On the way, I listened to podcasts. I went through all the NPR Business Story of the Day stories on my iPod — about a week’s worth. One of the stories was about Best Buy, which is trying a new working schedule system. Rather than forcing their office workers to sit at a desk from nine to five every day, they established the amount of work each employee must finish in a week and let their employees work any time they want — even at home.
It’s about time someone figured it out.
I played the corporate game for eight years — first with the New York City Comptroller’s Office Bureau of Financial Audit (5 years) and then with Automatic Data Processing (3 years) as an Auditor and Financial Analyst. People would show up for work on time then sit in their cubes or offices most of the day, with breaks for coffee, lunch, and bull and gossip sessions. It was difficult to get much done if you were a popular person around the office. People would be constantly coming to your door to chat about the weekend or what whosherface in the whatsit department was saying behind her boss’s back or the latest company-wide rumor or “How about those Mets!” Then there were always the people who were at their desks at 5:30 or 6:00 PM so that the boss would see them “working hard” long after “quitting time.” I wasn’t one of those people. I worked 8 to 4 when I worked for the City of New York and when I wasn’t on an audit in the field, I worked 8 to 4 at ADP. The only reason I knew about those people is when I occasionally had to stay late for a meeting. (I had one boss at ADP who liked to call meetings that started at 4:30 PM. Sometimes on Fridays.)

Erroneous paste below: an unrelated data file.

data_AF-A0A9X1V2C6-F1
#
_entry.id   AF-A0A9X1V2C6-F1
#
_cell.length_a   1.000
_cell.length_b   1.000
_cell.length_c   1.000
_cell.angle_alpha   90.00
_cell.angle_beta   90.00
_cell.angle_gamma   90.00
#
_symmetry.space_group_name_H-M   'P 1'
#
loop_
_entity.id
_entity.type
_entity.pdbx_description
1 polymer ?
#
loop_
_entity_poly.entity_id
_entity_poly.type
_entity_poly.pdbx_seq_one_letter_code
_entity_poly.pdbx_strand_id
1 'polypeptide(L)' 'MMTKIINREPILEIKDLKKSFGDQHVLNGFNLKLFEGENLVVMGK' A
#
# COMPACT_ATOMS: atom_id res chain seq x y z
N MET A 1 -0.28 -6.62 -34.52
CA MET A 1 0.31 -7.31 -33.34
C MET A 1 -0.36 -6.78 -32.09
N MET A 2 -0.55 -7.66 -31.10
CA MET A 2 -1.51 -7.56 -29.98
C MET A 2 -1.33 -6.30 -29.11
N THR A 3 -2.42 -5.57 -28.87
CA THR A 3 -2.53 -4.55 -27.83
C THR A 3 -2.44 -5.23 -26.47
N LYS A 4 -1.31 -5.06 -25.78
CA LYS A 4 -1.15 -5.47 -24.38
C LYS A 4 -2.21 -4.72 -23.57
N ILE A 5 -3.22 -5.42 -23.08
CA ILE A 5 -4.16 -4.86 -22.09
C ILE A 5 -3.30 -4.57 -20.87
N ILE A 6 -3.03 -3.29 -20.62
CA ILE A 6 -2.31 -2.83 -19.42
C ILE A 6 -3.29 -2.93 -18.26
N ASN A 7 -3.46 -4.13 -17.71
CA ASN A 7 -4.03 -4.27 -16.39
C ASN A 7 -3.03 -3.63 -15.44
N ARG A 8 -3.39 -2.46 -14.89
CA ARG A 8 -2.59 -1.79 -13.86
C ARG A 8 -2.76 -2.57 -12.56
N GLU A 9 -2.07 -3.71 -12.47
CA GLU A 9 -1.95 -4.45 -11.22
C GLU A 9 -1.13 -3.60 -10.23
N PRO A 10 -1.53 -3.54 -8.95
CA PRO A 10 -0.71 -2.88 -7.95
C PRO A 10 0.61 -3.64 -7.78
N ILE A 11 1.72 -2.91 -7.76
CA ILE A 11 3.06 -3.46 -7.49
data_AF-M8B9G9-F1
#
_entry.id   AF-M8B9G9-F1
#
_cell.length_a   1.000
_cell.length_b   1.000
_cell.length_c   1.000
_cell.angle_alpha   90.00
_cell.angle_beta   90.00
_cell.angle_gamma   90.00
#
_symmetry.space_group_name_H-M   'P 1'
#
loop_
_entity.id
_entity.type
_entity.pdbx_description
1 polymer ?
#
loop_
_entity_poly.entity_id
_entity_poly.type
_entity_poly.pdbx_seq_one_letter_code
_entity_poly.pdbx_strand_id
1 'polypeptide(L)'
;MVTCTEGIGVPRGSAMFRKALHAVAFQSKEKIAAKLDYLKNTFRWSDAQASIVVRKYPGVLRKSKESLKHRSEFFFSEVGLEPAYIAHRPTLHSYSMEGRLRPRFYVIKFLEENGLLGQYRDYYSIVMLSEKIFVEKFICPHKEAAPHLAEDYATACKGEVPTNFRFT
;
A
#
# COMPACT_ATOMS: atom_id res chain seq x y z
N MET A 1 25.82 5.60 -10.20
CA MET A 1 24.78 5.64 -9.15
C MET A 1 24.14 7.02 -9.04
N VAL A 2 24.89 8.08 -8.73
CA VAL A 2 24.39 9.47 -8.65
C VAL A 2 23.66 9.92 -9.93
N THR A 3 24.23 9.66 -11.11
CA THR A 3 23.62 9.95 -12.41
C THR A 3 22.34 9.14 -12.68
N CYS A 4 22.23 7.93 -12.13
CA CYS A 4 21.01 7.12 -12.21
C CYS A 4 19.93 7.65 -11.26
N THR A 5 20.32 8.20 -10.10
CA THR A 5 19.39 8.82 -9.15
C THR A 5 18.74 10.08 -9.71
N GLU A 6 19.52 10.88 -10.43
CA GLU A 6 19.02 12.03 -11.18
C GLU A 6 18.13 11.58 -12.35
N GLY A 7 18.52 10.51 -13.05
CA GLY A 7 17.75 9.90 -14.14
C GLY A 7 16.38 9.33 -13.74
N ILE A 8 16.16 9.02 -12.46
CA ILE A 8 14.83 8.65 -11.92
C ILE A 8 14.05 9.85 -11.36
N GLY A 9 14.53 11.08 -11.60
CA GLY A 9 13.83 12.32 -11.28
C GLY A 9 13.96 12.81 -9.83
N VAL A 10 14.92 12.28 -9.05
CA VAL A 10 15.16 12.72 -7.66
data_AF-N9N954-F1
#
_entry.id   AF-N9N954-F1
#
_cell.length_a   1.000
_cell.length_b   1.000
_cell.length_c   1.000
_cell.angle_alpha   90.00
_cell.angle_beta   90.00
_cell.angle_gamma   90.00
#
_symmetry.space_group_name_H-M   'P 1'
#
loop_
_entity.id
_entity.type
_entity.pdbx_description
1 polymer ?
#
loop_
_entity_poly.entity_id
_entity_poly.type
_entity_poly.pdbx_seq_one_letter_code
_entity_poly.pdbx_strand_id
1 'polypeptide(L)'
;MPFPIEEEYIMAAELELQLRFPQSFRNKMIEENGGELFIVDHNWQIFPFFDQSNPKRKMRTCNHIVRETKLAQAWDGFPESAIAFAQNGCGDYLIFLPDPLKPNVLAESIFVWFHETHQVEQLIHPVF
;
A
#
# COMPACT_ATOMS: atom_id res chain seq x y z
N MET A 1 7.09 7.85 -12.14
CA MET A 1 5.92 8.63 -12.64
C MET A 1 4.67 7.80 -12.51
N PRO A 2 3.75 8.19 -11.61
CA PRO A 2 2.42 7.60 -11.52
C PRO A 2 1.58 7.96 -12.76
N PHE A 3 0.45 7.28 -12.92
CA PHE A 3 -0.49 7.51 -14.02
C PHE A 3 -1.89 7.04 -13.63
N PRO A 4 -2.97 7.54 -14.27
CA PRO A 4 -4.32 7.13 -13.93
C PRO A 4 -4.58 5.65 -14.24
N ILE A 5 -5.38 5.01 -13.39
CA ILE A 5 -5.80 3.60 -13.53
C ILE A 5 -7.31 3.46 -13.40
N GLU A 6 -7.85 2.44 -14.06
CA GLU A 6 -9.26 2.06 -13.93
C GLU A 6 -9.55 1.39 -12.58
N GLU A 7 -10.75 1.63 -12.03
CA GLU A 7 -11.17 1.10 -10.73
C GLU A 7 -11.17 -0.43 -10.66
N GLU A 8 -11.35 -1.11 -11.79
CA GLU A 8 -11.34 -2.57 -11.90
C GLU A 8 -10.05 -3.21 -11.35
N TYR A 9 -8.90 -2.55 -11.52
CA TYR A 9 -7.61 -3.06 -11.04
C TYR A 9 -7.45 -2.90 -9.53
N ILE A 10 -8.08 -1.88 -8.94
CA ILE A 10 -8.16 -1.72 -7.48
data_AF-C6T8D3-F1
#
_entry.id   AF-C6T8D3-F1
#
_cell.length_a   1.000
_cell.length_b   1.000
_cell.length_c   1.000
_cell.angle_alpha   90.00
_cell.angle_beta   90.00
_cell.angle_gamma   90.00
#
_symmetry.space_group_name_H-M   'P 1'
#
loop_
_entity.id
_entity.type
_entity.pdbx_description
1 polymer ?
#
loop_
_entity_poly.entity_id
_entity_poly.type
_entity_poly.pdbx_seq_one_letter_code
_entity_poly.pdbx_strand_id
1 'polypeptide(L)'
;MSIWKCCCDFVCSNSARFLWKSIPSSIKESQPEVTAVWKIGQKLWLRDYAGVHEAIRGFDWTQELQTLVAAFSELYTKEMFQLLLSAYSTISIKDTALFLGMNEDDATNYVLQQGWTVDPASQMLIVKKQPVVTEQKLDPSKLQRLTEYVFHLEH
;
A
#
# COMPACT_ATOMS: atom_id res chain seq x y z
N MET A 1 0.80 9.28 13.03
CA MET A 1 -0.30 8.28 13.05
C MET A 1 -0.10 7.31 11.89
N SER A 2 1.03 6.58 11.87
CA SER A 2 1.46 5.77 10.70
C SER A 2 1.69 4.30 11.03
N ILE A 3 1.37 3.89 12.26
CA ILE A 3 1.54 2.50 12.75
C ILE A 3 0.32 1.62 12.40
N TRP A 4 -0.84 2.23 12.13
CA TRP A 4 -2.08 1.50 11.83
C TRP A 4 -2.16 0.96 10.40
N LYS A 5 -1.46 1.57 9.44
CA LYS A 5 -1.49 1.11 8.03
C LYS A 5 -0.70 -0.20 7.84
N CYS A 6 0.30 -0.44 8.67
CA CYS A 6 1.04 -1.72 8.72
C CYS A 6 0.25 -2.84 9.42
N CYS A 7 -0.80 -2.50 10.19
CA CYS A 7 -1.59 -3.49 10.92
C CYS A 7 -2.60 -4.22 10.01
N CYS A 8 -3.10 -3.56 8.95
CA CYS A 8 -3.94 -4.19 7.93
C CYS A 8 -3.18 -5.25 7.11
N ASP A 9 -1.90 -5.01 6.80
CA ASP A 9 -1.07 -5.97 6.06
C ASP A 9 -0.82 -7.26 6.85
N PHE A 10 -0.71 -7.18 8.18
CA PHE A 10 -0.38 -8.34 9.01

When I left Corporate America for a freelance career, I didn’t have to work on a schedule. I could work whenever I wanted to. The trick, of course, was to get the work done. When you’re a freelancer, if you don’t work, you don’t make money.
I’m fortunate in that I can get most things done very quickly. I routinely start article assignments on the day they’re due and turn them in before 2 PM. If I could write and sell one article a day, I’d make a very nice living — that’s because I’d write a week’s worth in 3 days and spend the other 4 days doing something else.